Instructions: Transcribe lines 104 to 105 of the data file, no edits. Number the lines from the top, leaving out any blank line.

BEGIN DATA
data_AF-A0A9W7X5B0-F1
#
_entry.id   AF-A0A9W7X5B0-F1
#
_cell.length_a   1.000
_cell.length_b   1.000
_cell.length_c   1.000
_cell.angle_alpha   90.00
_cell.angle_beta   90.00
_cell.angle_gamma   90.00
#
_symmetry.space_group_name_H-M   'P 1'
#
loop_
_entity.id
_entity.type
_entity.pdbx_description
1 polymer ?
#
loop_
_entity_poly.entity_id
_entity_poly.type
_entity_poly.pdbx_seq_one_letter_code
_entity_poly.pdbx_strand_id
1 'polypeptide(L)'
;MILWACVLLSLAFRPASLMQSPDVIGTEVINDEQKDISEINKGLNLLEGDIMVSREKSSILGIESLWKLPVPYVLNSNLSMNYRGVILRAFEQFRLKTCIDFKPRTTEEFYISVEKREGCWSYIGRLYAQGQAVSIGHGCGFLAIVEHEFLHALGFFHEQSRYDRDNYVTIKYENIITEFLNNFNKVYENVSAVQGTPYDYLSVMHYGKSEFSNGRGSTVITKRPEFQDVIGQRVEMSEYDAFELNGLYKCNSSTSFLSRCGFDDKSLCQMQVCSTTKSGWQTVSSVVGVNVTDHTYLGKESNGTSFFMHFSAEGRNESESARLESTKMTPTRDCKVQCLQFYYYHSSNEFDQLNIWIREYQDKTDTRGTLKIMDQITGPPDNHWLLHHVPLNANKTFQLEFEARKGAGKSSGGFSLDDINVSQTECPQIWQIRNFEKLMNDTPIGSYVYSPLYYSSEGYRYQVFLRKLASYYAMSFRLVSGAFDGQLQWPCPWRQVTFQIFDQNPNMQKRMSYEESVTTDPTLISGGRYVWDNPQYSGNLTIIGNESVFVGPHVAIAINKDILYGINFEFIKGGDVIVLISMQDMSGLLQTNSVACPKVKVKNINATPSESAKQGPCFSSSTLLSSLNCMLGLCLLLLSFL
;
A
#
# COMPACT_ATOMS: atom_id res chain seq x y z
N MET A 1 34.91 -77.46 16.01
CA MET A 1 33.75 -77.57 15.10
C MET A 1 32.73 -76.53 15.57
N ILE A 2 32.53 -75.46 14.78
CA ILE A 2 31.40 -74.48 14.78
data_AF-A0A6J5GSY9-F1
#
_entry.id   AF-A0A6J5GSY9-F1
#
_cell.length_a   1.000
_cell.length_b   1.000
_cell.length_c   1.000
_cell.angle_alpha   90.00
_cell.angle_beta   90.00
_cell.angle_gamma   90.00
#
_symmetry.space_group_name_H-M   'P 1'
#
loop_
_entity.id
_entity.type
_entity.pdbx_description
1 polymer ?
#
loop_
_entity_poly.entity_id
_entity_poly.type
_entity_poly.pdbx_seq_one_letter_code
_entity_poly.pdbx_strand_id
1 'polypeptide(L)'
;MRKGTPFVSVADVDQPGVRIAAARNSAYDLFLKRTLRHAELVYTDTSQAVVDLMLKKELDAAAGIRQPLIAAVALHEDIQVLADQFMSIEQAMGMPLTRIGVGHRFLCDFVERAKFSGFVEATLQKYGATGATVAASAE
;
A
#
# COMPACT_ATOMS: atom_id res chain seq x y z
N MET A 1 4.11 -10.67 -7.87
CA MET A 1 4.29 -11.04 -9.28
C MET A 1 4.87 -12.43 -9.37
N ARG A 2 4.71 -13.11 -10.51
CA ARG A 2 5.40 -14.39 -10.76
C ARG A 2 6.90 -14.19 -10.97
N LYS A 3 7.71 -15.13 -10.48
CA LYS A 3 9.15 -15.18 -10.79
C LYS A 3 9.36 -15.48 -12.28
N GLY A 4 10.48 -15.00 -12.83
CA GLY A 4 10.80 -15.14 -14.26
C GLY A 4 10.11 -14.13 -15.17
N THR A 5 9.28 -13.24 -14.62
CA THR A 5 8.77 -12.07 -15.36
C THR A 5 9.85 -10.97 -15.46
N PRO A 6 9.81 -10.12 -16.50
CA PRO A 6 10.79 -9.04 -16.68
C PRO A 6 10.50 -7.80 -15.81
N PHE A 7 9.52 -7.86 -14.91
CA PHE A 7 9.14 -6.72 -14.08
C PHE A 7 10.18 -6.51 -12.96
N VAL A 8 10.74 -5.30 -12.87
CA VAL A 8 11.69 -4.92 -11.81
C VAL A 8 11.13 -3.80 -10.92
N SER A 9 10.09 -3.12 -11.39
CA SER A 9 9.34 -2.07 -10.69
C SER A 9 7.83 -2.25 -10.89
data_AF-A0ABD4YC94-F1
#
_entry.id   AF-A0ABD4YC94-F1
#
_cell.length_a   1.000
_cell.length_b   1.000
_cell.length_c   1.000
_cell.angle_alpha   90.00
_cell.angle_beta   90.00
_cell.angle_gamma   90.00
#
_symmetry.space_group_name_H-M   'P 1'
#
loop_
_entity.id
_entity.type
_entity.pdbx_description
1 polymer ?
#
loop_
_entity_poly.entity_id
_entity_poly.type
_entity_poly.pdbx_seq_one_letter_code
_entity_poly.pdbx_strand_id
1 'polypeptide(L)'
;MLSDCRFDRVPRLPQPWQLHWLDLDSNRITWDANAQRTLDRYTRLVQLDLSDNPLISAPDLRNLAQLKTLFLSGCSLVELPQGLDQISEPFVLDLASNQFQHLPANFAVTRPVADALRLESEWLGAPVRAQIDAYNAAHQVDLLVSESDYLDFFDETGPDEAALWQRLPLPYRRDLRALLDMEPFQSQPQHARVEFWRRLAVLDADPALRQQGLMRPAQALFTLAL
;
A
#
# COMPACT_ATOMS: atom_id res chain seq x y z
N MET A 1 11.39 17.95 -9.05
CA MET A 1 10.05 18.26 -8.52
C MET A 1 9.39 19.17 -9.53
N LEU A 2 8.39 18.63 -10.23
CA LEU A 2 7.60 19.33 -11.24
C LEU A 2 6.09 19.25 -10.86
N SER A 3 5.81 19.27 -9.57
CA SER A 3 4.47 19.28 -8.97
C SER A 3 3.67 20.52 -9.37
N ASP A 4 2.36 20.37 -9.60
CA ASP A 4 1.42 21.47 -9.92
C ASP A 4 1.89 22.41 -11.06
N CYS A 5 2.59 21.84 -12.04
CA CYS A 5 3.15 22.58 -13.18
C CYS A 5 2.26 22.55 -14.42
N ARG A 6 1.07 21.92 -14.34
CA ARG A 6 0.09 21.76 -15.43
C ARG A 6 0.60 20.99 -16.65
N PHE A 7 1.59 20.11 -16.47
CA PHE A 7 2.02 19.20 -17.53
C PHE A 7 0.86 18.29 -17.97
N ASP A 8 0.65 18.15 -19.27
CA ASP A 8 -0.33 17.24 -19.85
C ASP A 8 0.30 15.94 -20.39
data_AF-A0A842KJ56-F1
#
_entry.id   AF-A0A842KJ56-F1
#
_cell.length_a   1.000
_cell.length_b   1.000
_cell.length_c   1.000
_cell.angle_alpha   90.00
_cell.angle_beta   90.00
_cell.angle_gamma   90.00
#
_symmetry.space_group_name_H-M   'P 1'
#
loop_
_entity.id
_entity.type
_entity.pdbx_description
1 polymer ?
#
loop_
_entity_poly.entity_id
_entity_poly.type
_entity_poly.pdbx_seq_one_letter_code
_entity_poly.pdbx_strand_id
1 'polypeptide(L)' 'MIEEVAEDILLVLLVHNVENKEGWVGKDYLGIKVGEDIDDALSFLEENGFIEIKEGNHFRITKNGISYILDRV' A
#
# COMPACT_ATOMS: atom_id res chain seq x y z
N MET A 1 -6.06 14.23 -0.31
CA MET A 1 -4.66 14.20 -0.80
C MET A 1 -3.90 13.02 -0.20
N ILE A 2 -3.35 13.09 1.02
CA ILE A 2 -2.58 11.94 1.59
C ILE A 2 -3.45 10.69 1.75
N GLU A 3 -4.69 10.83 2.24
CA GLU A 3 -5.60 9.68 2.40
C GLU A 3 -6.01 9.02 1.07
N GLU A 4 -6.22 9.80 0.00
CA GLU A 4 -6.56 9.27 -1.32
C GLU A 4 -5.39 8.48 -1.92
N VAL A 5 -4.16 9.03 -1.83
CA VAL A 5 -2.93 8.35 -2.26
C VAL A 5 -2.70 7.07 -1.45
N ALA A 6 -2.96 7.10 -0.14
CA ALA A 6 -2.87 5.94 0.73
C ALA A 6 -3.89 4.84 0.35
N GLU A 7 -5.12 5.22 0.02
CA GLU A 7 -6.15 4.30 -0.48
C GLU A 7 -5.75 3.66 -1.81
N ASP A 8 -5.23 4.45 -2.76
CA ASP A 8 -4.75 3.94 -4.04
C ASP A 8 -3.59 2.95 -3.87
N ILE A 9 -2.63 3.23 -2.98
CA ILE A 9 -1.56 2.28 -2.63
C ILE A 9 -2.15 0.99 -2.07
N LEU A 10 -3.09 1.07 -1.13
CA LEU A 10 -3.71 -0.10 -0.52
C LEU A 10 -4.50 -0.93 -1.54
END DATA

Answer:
_symmetry.space_group_name_H-M   'P 1'
#